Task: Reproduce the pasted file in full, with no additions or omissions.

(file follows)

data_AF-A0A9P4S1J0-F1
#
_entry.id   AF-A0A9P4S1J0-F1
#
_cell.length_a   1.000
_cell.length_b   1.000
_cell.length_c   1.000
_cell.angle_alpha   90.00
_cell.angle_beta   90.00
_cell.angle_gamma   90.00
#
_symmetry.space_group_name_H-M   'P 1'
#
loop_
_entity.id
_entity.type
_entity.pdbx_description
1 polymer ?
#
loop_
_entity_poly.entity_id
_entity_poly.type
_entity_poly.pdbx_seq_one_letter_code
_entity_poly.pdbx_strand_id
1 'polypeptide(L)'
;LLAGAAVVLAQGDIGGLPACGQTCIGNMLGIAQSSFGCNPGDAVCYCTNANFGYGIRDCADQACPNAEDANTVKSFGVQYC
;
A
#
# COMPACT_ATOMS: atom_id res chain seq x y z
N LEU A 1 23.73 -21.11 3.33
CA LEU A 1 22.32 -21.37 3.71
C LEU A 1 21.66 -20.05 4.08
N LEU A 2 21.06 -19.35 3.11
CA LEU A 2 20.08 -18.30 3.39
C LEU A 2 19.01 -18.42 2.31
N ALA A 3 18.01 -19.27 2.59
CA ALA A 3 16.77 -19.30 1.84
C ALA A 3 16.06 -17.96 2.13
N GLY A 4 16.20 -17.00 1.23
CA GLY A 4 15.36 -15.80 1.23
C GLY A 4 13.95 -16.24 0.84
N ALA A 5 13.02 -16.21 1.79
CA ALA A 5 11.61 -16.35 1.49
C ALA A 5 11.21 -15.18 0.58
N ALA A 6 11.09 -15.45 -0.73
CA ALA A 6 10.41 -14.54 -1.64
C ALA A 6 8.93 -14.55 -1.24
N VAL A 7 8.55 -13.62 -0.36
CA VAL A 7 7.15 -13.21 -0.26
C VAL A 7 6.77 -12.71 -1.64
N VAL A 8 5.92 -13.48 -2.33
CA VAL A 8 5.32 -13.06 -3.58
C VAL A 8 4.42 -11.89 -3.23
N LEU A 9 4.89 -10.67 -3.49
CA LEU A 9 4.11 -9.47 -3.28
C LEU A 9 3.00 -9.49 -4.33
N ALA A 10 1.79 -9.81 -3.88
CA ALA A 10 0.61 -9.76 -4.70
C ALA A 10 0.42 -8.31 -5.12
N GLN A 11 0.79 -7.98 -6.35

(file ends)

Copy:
data_AF-A0A9P4S1J0-F1
#
_entry.id   AF-A0A9P4S1J0-F1
#
_cell.length_a   1.000
_cell.length_b   1.000
_cell.length_c   1.000
_cell.angle_alpha   90.00
_cell.angle_beta   90.00
_cell.angle_gamma   90.00
#
_symmetry.space_group_name_H-M   'P 1'
#
loop_
_entity.id
_entity.type
_entity.pdbx_description
1 polymer ?
#
loop_
_entity_poly.entity_id
_entity_poly.type
_entity_poly.pdbx_seq_one_letter_code
_entity_poly.pdbx_strand_id
1 'polypeptide(L)'
;LLAGAAVVLAQGDIGGLPACGQTCIGNMLGIAQSSFGCNPGDAVCYCTNANFGYGIRDCADQACPNAEDANTVKSFGVQYC
;
A
#
# COMPACT_ATOMS: atom_id res chain seq x y z
N LEU A 1 23.73 -21.11 3.33
CA LEU A 1 22.32 -21.37 3.71
C LEU A 1 21.66 -20.05 4.08
N LEU A 2 21.06 -19.35 3.11
CA LEU A 2 20.08 -18.30 3.39
C LEU A 2 19.01 -18.42 2.31
N ALA A 3 18.01 -19.27 2.59
CA ALA A 3 16.77 -19.30 1.84
C ALA A 3 16.06 -17.96 2.13
N GLY A 4 16.20 -17.00 1.23
CA GLY A 4 15.36 -15.80 1.23
C GLY A 4 13.95 -16.24 0.84
N ALA A 5 13.02 -16.21 1.79
CA ALA A 5 11.61 -16.35 1.49
C ALA A 5 11.21 -15.18 0.58
N ALA A 6 11.09 -15.45 -0.73
CA ALA A 6 10.41 -14.54 -1.64
C ALA A 6 8.93 -14.55 -1.24
N VAL A 7 8.55 -13.62 -0.36
CA VAL A 7 7.15 -13.21 -0.26
C VAL A 7 6.77 -12.71 -1.64
N VAL A 8 5.92 -13.48 -2.33
CA VAL A 8 5.32 -13.06 -3.58
C VAL A 8 4.42 -11.89 -3.23
N LEU A 9 4.89 -10.67 -3.49
CA LEU A 9 4.11 -9.47 -3.28
C LEU A 9 3.00 -9.49 -4.33
N ALA A 10 1.79 -9.81 -3.88
CA ALA A 10 0.61 -9.76 -4.70
C ALA A 10 0.42 -8.31 -5.12
N GLN A 11 0.79 -7.98 -6.35